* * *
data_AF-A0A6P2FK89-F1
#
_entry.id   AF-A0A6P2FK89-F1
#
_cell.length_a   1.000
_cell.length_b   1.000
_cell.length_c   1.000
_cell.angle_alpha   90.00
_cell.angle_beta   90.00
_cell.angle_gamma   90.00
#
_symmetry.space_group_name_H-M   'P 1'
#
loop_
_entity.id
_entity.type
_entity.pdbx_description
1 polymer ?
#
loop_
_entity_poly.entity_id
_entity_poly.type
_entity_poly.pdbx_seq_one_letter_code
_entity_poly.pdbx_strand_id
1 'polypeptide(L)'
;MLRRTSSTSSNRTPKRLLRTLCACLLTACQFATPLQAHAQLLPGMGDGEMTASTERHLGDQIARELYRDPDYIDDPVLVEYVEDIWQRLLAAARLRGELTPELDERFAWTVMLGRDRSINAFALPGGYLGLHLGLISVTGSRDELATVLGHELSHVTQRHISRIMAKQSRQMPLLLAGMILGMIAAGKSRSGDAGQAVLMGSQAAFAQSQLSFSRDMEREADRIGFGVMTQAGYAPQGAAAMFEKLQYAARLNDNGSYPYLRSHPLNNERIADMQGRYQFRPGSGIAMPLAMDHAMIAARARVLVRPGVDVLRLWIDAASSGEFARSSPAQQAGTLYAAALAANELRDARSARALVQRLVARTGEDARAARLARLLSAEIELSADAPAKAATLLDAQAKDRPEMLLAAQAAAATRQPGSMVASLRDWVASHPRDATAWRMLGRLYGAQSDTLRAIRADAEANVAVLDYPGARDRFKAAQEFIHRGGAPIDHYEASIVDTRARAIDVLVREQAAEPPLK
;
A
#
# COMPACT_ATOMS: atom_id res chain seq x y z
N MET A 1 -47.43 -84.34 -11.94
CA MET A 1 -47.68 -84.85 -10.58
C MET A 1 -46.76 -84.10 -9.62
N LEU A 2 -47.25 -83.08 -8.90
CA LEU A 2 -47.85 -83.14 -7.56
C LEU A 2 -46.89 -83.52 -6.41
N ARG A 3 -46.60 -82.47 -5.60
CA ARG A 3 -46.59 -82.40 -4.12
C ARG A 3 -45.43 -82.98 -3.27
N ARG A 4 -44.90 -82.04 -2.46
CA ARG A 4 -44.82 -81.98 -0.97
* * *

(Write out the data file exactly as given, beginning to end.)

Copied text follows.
data_AF-A0A6P2FK89-F1
#
_entry.id   AF-A0A6P2FK89-F1
#
_cell.length_a   1.000
_cell.length_b   1.000
_cell.length_c   1.000
_cell.angle_alpha   90.00
_cell.angle_beta   90.00
_cell.angle_gamma   90.00
#
_symmetry.space_group_name_H-M   'P 1'
#
loop_
_entity.id
_entity.type
_entity.pdbx_description
1 polymer ?
#
loop_
_entity_poly.entity_id
_entity_poly.type
_entity_poly.pdbx_seq_one_letter_code
_entity_poly.pdbx_strand_id
1 'polypeptide(L)'
;MLRRTSSTSSNRTPKRLLRTLCACLLTACQFATPLQAHAQLLPGMGDGEMTASTERHLGDQIARELYRDPDYIDDPVLVEYVEDIWQRLLAAARLRGELTPELDERFAWTVMLGRDRSINAFALPGGYLGLHLGLISVTGSRDELATVLGHELSHVTQRHISRIMAKQSRQMPLLLAGMILGMIAAGKSRSGDAGQAVLMGSQAAFAQSQLSFSRDMEREADRIGFGVMTQAGYAPQGAAAMFEKLQYAARLNDNGSYPYLRSHPLNNERIADMQGRYQFRPGSGIAMPLAMDHAMIAARARVLVRPGVDVLRLWIDAASSGEFARSSPAQQAGTLYAAALAANELRDARSARALVQRLVARTGEDARAARLARLLSAEIELSADAPAKAATLLDAQAKDRPEMLLAAQAAAATRQPGSMVASLRDWVASHPRDATAWRMLGRLYGAQSDTLRAIRADAEANVAVLDYPGARDRFKAAQEFIHRGGAPIDHYEASIVDTRARAIDVLVREQAAEPPLK
;
A
#
# COMPACT_ATOMS: atom_id res chain seq x y z
N MET A 1 -47.43 -84.34 -11.94
CA MET A 1 -47.68 -84.85 -10.58
C MET A 1 -46.76 -84.10 -9.62
N LEU A 2 -47.25 -83.08 -8.90
CA LEU A 2 -47.85 -83.14 -7.56
C LEU A 2 -46.89 -83.52 -6.41
N ARG A 3 -46.60 -82.47 -5.60
CA ARG A 3 -46.59 -82.40 -4.12
C ARG A 3 -45.43 -82.98 -3.27
N ARG A 4 -44.90 -82.04 -2.46
CA ARG A 4 -44.82 -81.98 -0.97